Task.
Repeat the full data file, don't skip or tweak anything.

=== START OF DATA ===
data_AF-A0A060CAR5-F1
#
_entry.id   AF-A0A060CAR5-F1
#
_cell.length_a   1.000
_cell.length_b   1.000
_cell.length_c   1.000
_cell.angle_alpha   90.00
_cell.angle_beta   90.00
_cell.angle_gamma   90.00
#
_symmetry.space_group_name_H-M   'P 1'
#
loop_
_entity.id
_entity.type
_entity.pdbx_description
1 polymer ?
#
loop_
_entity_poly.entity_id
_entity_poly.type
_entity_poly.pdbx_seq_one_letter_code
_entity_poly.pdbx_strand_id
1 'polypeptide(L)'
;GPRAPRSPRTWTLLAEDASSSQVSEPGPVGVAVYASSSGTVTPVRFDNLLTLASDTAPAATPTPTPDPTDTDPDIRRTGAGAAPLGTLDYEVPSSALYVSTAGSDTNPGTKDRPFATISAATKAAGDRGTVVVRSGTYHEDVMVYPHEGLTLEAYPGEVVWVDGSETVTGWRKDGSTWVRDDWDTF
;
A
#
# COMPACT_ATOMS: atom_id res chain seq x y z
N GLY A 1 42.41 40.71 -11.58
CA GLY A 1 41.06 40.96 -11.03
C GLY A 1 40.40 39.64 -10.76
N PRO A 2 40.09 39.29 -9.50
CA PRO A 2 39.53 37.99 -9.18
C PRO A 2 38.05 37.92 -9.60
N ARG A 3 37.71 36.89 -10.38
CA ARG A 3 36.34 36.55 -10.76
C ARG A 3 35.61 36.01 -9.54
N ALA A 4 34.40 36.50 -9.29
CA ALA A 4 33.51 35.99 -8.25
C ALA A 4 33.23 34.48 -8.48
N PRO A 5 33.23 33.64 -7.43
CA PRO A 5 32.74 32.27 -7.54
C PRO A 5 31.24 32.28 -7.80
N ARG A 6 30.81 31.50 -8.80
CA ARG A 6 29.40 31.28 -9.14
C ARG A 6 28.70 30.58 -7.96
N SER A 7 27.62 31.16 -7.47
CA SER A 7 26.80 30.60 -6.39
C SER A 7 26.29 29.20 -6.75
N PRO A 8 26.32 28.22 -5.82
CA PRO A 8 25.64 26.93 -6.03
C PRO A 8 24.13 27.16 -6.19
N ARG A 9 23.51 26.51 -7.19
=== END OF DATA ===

data_AF-A0A060CAR5-F1
#
_entry.id   AF-A0A060CAR5-F1
#
_cell.length_a   1.000
_cell.length_b   1.000
_cell.length_c   1.000
_cell.angle_alpha   90.00
_cell.angle_beta   90.00
_cell.angle_gamma   90.00
#
_symmetry.space_group_name_H-M   'P 1'
#
loop_
_entity.id
_entity.type
_entity.pdbx_description
1 polymer ?
#
loop_
_entity_poly.entity_id
_entity_poly.type
_entity_poly.pdbx_seq_one_letter_code
_entity_poly.pdbx_strand_id
1 'polypeptide(L)'
;GPRAPRSPRTWTLLAEDASSSQVSEPGPVGVAVYASSSGTVTPVRFDNLLTLASDTAPAATPTPTPDPTDTDPDIRRTGAGAAPLGTLDYEVPSSALYVSTAGSDTNPGTKDRPFATISAATKAAGDRGTVVVRSGTYHEDVMVYPHEGLTLEAYPGEVVWVDGSETVTGWRKDGSTWVRDDWDTF
;
A
#
# COMPACT_ATOMS: atom_id res chain seq x y z
N GLY A 1 42.41 40.71 -11.58
CA GLY A 1 41.06 40.96 -11.03
C GLY A 1 40.40 39.64 -10.76
N PRO A 2 40.09 39.29 -9.50
CA PRO A 2 39.53 37.99 -9.18
C PRO A 2 38.05 37.92 -9.60
N ARG A 3 37.71 36.89 -10.38
CA ARG A 3 36.34 36.55 -10.76
C ARG A 3 35.61 36.01 -9.54
N ALA A 4 34.40 36.50 -9.29
CA ALA A 4 33.51 35.99 -8.25
C ALA A 4 33.23 34.48 -8.48
N PRO A 5 33.23 33.64 -7.43
CA PRO A 5 32.74 32.27 -7.54
C PRO A 5 31.24 32.28 -7.80
N ARG A 6 30.81 31.50 -8.80
CA ARG A 6 29.40 31.28 -9.14
C ARG A 6 28.70 30.58 -7.96
N SER A 7 27.62 31.16 -7.47
CA SER A 7 26.80 30.60 -6.39
C SER A 7 26.29 29.20 -6.75
N PRO A 8 26.32 28.22 -5.82
CA PRO A 8 25.64 26.93 -6.03
C PRO A 8 24.13 27.16 -6.19
N ARG A 9 23.51 26.51 -7.19